A second Ginza has opened


January 09, 2003|By Sloane Brown | Sloane Brown,SPECIAL TO THE SUN

Two years to the day after Ginza Japanese Steak House opened in Cockeysville (Dec. 6, 2000), another Ginza opened, in Owings Mills.

Manager Lily Zhao says customers at the new place have several choices when it comes to seating -- and eating. You can choose to sit in the tableside-cooking section, where chairs are arranged around nine Japanese grills. You can sit at the sushi bar. Or you can sit at regular dining tables. And did we mention the tatami room, where as many as 10 people can sit on floor cushions around a low table?

The menu includes teppan yaki dinners -- cooked on the tableside grills -- which include your choice of meat or fish, along with a shrimp appetizer, house soup, salad, steamed rice and vegetables. Prices range from $14.95 for a chicken dinner to $29.95 for lobster. There's a full sushi menu ($3 to $4.50 for most selections), and there are also several dishes that are made in the kitchen, including chicken or beef teriyaki ($14.95), shrimp tempura ($17.95) and sukiyaki ($18.95).

Ginza Japanese Steak House is at 9616 Reisterstown Road in Owings Mills. It's open daily for lunch and dinner.

Branching out

Three and a half years -- that's how long it took for the Tiburzi brothers to open their Canton eatery, Tiburzi's Cafe, at 902 S. Kenwood Ave.

Now, three and a half months after opening the restaurant, Henry Tiburzi says he and brother Sabatino have just settled on the property next door, so they can expand the business.

"When we purchased this place [in 1998], it was a total dive," Tiburzi says. "Everything we did, we did ourselves, from the floors to the ceiling." The renovation work included installing Italian marble on the exterior of the building and in the bathrooms and building the restaurant's oak bar, back patio deck and even the porch around the building. Ergo, the long time span from purchasing the site to opening the restaurant's doors.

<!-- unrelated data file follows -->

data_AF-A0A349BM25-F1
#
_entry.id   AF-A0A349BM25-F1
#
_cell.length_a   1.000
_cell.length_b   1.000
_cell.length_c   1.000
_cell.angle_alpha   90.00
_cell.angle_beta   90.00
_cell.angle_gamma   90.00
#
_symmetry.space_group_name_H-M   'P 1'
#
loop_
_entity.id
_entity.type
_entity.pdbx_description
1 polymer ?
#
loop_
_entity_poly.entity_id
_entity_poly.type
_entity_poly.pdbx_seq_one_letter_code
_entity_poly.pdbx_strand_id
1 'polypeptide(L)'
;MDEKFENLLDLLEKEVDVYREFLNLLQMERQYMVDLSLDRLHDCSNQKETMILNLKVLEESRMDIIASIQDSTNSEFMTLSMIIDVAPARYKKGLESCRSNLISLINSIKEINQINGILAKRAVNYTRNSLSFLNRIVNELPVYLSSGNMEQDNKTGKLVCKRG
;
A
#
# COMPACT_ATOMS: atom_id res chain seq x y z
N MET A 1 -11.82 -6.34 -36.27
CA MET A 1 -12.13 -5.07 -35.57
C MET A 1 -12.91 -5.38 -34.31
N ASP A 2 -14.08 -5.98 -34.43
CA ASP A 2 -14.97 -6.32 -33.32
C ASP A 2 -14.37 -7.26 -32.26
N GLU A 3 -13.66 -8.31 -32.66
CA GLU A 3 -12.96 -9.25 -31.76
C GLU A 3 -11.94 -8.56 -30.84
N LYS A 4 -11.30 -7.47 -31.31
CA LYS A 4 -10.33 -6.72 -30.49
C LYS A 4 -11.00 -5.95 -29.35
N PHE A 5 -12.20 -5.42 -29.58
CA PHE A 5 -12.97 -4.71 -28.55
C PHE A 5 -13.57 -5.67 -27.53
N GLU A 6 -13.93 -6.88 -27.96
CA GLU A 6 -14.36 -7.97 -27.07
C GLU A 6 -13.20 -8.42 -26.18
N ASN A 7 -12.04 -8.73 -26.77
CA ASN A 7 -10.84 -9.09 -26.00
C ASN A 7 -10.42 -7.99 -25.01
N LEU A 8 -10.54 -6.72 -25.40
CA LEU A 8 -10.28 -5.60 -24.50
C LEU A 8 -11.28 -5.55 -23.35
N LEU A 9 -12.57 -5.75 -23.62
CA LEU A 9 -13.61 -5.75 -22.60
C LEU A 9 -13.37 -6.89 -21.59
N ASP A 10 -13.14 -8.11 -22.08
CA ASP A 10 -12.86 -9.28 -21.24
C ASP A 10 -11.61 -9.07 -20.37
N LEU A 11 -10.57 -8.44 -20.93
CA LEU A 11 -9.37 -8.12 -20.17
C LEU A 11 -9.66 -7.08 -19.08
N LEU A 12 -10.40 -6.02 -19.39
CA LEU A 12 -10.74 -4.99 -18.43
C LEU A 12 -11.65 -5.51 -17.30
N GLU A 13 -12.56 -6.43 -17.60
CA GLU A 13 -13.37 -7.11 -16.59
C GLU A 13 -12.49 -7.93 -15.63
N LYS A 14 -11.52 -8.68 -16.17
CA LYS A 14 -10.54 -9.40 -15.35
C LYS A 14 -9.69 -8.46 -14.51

The menu runs the gamut from pub food to Italian pasta dishes to fine-dining entrees.

The expansion plans aren't finalized, but Tiburzi says he's thinking about using the space to expand the restaurant's after-dinner business -- possibly adding a nightclub element. However, he and his brother don't plan on taking as long this time around. They're shooting for a finish date sometime this summer.

Tiburzi's Cafe restaurant hours are 11 a.m. to 10 p.m. Monday through Thursday, 11 a.m. to 11 p.m. Friday and Saturday. The bar is open six days a week until 2 a.m.

No more lunch

More restaurant news from Canton: Birches restaurant, at 641 S. Montford Ave., has decided to table its lunch hours.

Chef/owner Brian Bruso had only begun serving lunch in October. He says he'd planned to discontinue lunch just during the holidays but, after reviewing the numbers, decided to keep lunch on hold. He says he might reconsider when the weather gets warmer and more Canton business folk are willing to walk to lunch again.

Meanwhile, the casual dinner menu is staying put. Selections include entrees, salads, sandwiches, burgers and pizzas, which, Bruso points out, are made with homemade dough and baked in Birches' wood-burning oven.

Birches serves food from 5 p.m. to 11 p.m. Monday through Wednesday, and 5 p.m. to 12:15 a.m. Thursday through Saturday.

Table Talk welcomes interesting tidbits of restaurant news. Please send suggestions by fax to Sloane Brown at 410-675-3451, or by e-mail to sloane@livetabletalk.com.

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